Life Science

Our youngest students naturally have a keen interest in life science. From an early age they may follow a bug’s progress across the floor, laugh in delight at the antics of their kitten, or watch in wonder as the tiny pea they planted in the garden produces food for their plate.

Because of their interest, students often begin this unit of study with a large body of knowledge that they can build on. Life science study provides a perfect opportunity for students to practice some more complex skills that they will need in all areas of their science learning.

In our Life Science Book, kindergarten, 1st grade and 2nd grade students are able to explore the living world around them. They will identify the basic needs of living things, review the life cycles of multiple plants and animals, seek out camouflaged creatures, review the different types of habitats found on Earth and even practice the 3 R’s– reduce, reuse, recycle!

Click a module icon below to view some Living Things demos.

Click a module icon below to view some Balance in Nature demos.

In Life Science at Science4Us, students practice and hone skills such as classifying, categorizing, observing, and record keeping, all while playing games, participating in hands-on activities, and testing their knowledge with animated online evaluations.

The Life Science Book is divided into two units with three modules in each. Living Things contains the modules Living and Nonliving, Plants, and Animals. Balance in Nature contains modules on Food Webs, Habitats, and Eco Awareness.

Though some living things are obviously alive, others are not so clearly living. For example, a clam and a rock are hard on the outside. Both may lie still for a long time. When observing them, neither one may seem to be alive. So students must learn four characteristics of living things to help them determine whether something is alive or not alive. As their study moves to animals, K-2 students can begin to categorize animals into mammals, birds, fish, reptiles, amphibians, and invertebrates.

At Science4Us, the Living Things unit is filled with learning experiences that K-2 students love. Animated characters teach important concepts, such as a friendly dinosaur who leads a discussion about extinct animal species. Online games allow students to master vocabulary and content in an interactive way, while hands-on activities engage students in learning through first-hand experiences. The Living Things module readies students for further learning in Life Science and further use of their improved classification and categorization skills. Read Living Things K-2 for more detailed information on the unit and activities.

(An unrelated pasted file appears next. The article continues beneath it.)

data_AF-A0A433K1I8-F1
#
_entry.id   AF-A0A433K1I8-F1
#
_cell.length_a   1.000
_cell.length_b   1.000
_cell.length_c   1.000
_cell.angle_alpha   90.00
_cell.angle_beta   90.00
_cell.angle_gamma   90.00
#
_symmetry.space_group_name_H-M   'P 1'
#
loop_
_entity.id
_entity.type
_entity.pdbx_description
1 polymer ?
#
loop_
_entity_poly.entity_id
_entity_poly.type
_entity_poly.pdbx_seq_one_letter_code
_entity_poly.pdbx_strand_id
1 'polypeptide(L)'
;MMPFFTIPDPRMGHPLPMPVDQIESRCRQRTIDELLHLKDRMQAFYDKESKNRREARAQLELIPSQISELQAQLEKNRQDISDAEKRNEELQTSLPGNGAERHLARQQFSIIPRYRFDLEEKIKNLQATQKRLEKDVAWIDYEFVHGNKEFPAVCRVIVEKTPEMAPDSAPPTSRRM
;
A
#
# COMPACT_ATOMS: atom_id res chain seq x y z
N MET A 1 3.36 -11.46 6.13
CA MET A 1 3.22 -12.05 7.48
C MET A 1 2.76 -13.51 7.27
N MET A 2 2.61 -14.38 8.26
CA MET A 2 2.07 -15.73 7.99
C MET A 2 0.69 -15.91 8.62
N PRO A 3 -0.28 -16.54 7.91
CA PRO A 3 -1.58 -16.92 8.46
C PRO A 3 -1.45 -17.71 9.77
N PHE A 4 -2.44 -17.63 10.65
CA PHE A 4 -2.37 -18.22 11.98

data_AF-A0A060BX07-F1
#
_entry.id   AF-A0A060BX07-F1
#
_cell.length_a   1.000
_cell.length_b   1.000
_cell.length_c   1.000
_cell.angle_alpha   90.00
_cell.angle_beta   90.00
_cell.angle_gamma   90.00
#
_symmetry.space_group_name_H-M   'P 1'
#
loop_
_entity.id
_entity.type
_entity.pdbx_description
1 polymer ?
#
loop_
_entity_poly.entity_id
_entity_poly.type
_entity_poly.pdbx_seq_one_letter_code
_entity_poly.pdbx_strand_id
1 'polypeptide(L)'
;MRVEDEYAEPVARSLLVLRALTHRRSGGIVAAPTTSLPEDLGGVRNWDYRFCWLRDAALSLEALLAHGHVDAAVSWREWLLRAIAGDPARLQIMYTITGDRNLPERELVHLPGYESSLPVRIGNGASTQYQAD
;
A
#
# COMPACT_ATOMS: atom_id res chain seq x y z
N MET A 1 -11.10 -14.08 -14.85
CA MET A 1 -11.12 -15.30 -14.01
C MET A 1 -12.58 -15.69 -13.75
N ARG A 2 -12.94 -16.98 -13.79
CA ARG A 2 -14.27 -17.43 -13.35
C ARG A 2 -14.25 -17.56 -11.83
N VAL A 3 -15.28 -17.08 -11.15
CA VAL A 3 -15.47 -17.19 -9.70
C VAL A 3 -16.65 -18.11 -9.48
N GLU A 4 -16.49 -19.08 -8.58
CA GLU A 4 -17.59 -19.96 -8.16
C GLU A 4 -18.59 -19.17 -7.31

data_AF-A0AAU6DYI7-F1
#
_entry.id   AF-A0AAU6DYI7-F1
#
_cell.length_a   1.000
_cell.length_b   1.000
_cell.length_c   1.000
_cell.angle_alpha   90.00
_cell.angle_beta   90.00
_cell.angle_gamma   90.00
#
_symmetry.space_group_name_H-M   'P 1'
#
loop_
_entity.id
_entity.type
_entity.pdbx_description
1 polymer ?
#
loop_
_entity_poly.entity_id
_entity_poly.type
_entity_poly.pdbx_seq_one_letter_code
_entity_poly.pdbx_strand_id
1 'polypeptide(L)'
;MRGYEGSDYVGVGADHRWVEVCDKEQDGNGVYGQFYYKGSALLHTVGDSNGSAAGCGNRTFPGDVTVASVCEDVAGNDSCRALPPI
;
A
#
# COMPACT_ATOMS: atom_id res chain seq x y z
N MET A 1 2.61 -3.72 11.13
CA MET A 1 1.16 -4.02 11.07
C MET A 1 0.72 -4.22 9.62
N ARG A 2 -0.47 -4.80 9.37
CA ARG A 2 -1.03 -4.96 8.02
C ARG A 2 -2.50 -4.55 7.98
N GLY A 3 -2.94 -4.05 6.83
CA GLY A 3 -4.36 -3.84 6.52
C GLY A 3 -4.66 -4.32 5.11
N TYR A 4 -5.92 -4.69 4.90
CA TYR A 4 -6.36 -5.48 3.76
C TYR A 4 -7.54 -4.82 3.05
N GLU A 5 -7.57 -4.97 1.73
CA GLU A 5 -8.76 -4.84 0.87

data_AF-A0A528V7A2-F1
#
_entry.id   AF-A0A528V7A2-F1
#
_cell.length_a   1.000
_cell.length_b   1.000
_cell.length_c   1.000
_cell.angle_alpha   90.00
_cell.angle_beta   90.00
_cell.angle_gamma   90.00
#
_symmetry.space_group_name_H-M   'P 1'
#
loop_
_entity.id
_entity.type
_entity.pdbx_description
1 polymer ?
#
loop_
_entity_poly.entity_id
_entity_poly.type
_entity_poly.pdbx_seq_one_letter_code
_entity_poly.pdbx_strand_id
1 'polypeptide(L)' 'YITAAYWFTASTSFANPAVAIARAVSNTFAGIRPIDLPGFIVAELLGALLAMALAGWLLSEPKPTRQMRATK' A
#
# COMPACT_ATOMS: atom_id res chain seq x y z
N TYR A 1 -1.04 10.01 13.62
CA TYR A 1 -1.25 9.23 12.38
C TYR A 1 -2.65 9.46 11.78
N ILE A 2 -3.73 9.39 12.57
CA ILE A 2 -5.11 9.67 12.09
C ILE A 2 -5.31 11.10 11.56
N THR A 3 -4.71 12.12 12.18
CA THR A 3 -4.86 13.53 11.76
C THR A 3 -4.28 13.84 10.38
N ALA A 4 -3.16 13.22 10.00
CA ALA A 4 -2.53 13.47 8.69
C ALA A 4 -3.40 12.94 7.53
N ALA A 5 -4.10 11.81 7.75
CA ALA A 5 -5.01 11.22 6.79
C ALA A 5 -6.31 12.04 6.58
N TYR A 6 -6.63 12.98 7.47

In the three modules of the Science4Us Balance in Nature unit: Food Webs, Habitats, and Eco Awareness, students learn how living things interact with the world around them. Each of these very complex topics is introduced in a developmentally friendly way. Students approach food webs by remembering what they’ve learned about energy and food in the Physical Science Energy Sources module, literature activities and lessons build students’ knowledge from food chains through food webs. Students learn new vocabulary including, omnivore, herbivore, carnivore, predator and prey, and even have the chance to build a food web made of yarn. Habitats begins with an animated story in which students visit different animal habitats at the zoo and expands to include animal and plant habitats around the world. The Eco Awareness module explores how plants and animals interact with their environment, and gives students in-depth knowledge about how they can positively change their own environment (Reduce, Reuse, Recycle). It also introduces students to the concept of endangered and invasive species. Read Balance in Nature K-2 for more detailed information on the unit and activities.

Many of the concepts in these modules will be new to young students, but each module is begun with students’ prior knowledge, linked to previous Science4Us content and taught through engaging online and offline activities all the while developing skills in classification, observation, and record keeping to use in future science learning.